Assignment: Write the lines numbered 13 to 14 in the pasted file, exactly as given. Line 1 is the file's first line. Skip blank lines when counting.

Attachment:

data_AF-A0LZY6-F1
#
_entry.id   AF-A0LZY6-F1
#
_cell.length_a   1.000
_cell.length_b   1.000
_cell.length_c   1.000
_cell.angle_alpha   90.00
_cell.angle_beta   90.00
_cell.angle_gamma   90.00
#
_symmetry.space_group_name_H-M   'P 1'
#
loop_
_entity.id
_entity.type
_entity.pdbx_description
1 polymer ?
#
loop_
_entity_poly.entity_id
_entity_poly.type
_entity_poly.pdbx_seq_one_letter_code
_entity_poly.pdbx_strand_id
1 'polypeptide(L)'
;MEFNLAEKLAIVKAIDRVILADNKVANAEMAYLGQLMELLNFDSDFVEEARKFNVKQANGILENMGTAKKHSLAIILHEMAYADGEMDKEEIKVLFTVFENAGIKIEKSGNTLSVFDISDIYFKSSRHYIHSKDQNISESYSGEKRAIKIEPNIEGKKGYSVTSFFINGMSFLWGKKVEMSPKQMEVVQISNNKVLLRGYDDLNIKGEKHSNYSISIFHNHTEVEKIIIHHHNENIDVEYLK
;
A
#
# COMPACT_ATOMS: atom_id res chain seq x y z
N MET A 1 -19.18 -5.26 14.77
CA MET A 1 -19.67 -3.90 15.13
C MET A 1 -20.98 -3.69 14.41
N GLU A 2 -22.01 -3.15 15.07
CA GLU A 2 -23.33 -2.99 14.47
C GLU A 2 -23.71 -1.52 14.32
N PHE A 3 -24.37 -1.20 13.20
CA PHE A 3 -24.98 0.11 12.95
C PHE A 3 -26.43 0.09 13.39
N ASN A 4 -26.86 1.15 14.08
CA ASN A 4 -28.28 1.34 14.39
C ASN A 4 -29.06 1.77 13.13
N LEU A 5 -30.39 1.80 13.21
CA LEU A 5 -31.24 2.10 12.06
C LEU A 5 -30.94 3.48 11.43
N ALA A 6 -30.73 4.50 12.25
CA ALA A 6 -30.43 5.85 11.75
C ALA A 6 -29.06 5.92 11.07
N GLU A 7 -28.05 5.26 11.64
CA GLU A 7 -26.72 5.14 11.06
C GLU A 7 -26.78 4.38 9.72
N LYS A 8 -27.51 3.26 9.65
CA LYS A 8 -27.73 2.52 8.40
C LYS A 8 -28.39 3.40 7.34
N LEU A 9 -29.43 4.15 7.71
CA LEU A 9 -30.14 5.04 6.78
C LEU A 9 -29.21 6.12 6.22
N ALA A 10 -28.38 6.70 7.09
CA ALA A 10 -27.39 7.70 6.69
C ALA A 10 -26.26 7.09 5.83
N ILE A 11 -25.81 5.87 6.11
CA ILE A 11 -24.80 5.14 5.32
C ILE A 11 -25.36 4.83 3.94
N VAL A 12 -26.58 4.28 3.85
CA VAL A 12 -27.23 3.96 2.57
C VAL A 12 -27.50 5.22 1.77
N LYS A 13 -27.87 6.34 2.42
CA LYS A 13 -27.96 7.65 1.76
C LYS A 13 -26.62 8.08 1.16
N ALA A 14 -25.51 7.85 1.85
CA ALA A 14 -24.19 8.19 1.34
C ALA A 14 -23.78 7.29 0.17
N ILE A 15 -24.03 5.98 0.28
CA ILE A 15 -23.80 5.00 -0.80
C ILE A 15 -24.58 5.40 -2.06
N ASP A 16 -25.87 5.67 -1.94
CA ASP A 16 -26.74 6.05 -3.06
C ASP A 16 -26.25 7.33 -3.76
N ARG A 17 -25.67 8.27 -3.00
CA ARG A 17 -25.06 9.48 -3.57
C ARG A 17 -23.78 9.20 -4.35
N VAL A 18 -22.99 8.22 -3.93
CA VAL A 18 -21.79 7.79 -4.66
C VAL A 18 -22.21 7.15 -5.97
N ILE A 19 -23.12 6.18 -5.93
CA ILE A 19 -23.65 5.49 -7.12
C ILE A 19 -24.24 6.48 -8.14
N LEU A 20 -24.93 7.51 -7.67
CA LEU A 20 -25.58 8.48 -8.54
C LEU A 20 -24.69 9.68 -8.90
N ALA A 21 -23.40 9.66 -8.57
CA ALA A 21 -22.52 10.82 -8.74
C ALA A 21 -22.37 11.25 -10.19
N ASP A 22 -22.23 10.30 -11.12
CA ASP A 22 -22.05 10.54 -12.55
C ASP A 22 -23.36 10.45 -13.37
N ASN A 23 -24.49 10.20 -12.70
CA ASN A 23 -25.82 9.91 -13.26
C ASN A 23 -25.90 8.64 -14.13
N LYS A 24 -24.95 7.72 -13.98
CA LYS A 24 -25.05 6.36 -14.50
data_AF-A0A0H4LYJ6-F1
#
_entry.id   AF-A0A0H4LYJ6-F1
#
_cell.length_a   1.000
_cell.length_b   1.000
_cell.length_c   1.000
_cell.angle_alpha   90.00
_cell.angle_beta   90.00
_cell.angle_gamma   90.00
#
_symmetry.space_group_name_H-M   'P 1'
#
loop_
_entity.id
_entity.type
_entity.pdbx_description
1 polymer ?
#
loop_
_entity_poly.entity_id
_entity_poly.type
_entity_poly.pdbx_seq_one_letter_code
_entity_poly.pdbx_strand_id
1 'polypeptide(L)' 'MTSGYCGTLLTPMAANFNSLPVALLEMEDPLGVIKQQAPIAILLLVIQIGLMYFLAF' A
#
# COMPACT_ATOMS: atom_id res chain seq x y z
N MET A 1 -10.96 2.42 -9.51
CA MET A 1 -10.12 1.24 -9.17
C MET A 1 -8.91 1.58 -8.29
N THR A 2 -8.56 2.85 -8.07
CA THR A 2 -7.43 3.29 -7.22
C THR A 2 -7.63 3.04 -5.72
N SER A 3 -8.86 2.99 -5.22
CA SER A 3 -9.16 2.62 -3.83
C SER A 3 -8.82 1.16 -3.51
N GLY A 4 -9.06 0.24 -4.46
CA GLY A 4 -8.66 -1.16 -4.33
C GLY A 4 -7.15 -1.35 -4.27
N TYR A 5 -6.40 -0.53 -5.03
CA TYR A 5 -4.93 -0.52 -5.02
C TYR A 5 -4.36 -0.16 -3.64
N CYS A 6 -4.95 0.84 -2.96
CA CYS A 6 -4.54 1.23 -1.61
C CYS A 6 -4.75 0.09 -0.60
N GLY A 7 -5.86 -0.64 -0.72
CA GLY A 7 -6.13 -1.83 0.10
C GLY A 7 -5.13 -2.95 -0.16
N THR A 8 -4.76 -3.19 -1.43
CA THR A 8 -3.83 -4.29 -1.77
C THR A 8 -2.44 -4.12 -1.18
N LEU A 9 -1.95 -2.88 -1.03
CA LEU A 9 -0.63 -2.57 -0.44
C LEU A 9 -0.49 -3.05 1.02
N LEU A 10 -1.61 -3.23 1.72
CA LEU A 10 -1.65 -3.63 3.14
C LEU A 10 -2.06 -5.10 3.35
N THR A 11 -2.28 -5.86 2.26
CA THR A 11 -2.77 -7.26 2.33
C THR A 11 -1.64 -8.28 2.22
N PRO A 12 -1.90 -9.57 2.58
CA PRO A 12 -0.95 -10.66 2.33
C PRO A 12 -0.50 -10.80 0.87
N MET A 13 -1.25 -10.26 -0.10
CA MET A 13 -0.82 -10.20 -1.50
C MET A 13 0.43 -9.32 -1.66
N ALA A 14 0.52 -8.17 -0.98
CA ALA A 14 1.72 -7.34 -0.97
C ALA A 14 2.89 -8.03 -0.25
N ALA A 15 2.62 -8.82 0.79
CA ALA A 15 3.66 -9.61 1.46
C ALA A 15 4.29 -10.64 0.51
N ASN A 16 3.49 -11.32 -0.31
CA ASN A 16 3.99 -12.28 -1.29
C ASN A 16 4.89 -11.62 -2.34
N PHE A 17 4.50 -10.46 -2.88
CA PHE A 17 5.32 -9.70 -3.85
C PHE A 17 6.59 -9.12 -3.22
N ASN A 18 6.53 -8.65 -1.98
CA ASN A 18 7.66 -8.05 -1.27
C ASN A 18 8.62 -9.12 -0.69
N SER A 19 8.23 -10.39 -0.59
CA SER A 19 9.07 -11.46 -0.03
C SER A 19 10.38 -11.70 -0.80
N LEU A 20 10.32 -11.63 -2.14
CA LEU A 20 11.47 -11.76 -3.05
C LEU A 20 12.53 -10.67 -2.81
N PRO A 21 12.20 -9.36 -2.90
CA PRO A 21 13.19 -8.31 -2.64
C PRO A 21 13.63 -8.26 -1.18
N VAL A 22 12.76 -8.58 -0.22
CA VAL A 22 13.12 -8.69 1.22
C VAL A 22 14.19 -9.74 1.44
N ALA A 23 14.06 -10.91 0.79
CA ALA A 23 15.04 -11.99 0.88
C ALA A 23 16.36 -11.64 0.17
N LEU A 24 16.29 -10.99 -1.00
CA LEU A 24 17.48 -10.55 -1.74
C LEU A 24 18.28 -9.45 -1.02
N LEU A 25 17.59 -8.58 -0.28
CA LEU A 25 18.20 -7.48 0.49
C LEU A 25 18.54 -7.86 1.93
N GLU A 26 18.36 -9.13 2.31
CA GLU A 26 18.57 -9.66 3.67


#
loop_